The union of man and wife has been a sacred union throughout history. Through rituals such as oaths and vows humans have promised to abide by the laws society has created and altered through time. Because of this long and evolving history, the guidelines have evolved as well, but general ideals have always been abided by. Medea's marital relationship with Jason proves that while this union is said to be sacred, is very much up to one's own interpretation of what falls under this definition.
Even in the beginning, Jason's and Medea's relationship is unstable. One can learn through other legends that Medea willingly gives up her family and homeland for her love of Jason. While it may be assumed that this would create a stronger bond between the two, the lack of communication leaves Medea and Jason with different perspectives of the situation of their relationship. .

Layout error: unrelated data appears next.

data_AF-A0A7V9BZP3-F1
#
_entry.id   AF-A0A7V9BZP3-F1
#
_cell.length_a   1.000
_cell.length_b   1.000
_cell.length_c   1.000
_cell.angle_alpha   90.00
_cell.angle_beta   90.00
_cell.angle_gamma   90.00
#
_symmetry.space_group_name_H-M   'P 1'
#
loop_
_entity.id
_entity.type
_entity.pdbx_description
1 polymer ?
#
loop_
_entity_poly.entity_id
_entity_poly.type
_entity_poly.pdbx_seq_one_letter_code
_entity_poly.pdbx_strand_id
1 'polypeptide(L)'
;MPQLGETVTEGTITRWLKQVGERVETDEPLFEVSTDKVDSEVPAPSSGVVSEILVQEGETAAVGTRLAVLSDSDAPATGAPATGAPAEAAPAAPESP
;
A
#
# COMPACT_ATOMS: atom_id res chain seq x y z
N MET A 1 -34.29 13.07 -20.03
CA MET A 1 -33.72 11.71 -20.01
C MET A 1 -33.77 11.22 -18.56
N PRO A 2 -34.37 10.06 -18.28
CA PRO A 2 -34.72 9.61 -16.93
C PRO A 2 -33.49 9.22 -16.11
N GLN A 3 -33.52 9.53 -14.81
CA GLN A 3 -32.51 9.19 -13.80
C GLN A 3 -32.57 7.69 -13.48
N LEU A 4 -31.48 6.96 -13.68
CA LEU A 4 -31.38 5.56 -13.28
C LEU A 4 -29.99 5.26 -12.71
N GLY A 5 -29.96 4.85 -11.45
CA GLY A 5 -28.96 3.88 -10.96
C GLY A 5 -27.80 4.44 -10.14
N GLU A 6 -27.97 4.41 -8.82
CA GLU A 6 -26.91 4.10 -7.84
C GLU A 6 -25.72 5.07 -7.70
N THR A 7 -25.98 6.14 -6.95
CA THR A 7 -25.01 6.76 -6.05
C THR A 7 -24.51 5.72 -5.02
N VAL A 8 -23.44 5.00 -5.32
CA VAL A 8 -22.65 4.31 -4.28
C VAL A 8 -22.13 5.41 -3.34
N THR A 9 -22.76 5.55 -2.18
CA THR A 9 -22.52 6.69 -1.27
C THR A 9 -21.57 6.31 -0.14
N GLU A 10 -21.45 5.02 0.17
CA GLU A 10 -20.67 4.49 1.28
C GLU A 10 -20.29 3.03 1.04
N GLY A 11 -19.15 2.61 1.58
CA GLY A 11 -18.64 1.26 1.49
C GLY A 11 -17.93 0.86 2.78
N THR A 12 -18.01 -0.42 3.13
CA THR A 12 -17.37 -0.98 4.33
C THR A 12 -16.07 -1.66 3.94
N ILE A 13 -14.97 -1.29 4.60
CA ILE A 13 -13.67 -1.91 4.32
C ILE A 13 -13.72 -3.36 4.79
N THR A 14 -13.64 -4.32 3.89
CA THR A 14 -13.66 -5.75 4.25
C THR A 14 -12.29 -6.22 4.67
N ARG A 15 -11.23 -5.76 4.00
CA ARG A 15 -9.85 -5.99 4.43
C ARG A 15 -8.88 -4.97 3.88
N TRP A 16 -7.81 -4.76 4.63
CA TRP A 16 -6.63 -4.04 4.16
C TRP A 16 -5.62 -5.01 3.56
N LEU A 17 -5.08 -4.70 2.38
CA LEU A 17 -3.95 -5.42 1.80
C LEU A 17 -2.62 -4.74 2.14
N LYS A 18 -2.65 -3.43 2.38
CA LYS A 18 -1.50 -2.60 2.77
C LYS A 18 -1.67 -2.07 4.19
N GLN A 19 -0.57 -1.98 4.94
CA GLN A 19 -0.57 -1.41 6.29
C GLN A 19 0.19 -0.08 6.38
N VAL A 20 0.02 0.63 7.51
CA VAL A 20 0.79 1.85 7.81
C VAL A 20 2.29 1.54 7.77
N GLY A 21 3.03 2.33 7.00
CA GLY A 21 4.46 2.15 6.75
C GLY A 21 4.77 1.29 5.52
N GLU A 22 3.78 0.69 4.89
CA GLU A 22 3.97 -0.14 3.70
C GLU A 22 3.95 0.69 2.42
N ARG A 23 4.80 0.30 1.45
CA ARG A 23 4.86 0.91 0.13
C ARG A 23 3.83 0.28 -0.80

These early events in Medea's and Jason's relationship clearly forshadow the situation that unfolds in Euripides" play. Jason's actions in marrying Creon's daughter are noble enough if his reasoning is indeed true, but unravel in a Greek tragedy filled with passionate revenge. He does not consider his marriage to Creon's daughter a sinful strike at his relationship with Medea, and yet Medea feels it is a crime unlike any other and must be treated as such. .
It is clear that Medea believes that her bond to Jason is not only lawful but emotional, and while Jason too feels that he has a loyalty to Medea, he does not see their relationship as such an emotional one. His willingness to marry another woman is evidence that his emotional attachment to Medea and their relationship is not like hers. It can be reasoned that this is because Jason has not sacrificed as much for the sake of their relationship, but when it comes down to the facts, he took the same vows Medea did. This disagreement in interpretation is the beginning of the end for Jason's and Medea's relationship from the start.